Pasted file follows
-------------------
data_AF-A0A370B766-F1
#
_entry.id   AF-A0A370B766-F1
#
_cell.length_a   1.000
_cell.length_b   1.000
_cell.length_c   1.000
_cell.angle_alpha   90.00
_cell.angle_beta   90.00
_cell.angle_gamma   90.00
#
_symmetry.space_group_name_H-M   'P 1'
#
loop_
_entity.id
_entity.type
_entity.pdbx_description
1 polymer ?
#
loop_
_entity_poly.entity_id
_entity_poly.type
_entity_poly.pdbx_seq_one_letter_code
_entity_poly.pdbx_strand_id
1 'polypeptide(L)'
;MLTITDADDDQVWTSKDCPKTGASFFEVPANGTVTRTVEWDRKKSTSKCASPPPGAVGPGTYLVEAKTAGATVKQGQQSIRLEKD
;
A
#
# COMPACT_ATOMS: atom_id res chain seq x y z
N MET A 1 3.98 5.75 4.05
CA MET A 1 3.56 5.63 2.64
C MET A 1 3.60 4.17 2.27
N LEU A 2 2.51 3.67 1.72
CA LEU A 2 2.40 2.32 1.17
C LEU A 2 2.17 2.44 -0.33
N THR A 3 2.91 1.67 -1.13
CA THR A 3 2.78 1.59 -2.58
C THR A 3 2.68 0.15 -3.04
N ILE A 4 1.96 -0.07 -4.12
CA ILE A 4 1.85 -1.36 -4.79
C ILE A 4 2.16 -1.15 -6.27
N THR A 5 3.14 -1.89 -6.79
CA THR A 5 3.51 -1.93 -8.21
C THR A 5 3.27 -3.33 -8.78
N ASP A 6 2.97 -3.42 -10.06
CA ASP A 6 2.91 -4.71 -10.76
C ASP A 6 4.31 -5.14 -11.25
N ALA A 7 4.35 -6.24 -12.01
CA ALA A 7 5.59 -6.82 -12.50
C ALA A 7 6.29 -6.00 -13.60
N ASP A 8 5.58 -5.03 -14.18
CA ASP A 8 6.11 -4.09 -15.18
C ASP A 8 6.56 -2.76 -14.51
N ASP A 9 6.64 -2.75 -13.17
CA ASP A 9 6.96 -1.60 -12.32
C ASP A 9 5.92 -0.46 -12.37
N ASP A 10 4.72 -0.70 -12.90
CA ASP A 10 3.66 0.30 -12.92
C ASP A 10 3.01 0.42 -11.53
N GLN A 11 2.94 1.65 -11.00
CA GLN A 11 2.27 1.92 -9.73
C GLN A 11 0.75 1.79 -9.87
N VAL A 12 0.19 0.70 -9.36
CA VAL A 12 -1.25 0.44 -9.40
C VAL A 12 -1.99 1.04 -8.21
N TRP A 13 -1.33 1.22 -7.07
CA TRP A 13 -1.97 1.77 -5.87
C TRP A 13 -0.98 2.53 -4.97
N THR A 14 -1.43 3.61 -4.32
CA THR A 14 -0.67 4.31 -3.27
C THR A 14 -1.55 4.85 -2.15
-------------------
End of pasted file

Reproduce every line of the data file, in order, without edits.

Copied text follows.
data_AF-A0A370B766-F1
#
_entry.id   AF-A0A370B766-F1
#
_cell.length_a   1.000
_cell.length_b   1.000
_cell.length_c   1.000
_cell.angle_alpha   90.00
_cell.angle_beta   90.00
_cell.angle_gamma   90.00
#
_symmetry.space_group_name_H-M   'P 1'
#
loop_
_entity.id
_entity.type
_entity.pdbx_description
1 polymer ?
#
loop_
_entity_poly.entity_id
_entity_poly.type
_entity_poly.pdbx_seq_one_letter_code
_entity_poly.pdbx_strand_id
1 'polypeptide(L)'
;MLTITDADDDQVWTSKDCPKTGASFFEVPANGTVTRTVEWDRKKSTSKCASPPPGAVGPGTYLVEAKTAGATVKQGQQSIRLEKD
;
A
#
# COMPACT_ATOMS: atom_id res chain seq x y z
N MET A 1 3.98 5.75 4.05
CA MET A 1 3.56 5.63 2.64
C MET A 1 3.60 4.17 2.27
N LEU A 2 2.51 3.67 1.72
CA LEU A 2 2.40 2.32 1.17
C LEU A 2 2.17 2.44 -0.33
N THR A 3 2.91 1.67 -1.13
CA THR A 3 2.78 1.59 -2.58
C THR A 3 2.68 0.15 -3.04
N ILE A 4 1.96 -0.07 -4.12
CA ILE A 4 1.85 -1.36 -4.79
C ILE A 4 2.16 -1.15 -6.27
N THR A 5 3.14 -1.89 -6.79
CA THR A 5 3.51 -1.93 -8.21
C THR A 5 3.27 -3.33 -8.78
N ASP A 6 2.97 -3.42 -10.06
CA ASP A 6 2.91 -4.71 -10.76
C ASP A 6 4.31 -5.14 -11.25
N ALA A 7 4.35 -6.24 -12.01
CA ALA A 7 5.59 -6.82 -12.50
C ALA A 7 6.29 -6.00 -13.60
N ASP A 8 5.58 -5.03 -14.18
CA ASP A 8 6.11 -4.09 -15.18
C ASP A 8 6.56 -2.76 -14.51
N ASP A 9 6.64 -2.75 -13.17
CA ASP A 9 6.96 -1.60 -12.32
C ASP A 9 5.92 -0.46 -12.37
N ASP A 10 4.72 -0.70 -12.90
CA ASP A 10 3.66 0.30 -12.92
C ASP A 10 3.01 0.42 -11.53
N GLN A 11 2.94 1.65 -11.00
CA GLN A 11 2.27 1.92 -9.73
C GLN A 11 0.75 1.79 -9.87
N VAL A 12 0.19 0.70 -9.36
CA VAL A 12 -1.25 0.44 -9.40
C VAL A 12 -1.99 1.04 -8.21
N TRP A 13 -1.33 1.22 -7.07
CA TRP A 13 -1.97 1.77 -5.87
C TRP A 13 -0.98 2.53 -4.97
N THR A 14 -1.43 3.61 -4.32
CA THR A 14 -0.67 4.31 -3.27
C THR A 14 -1.55 4.85 -2.15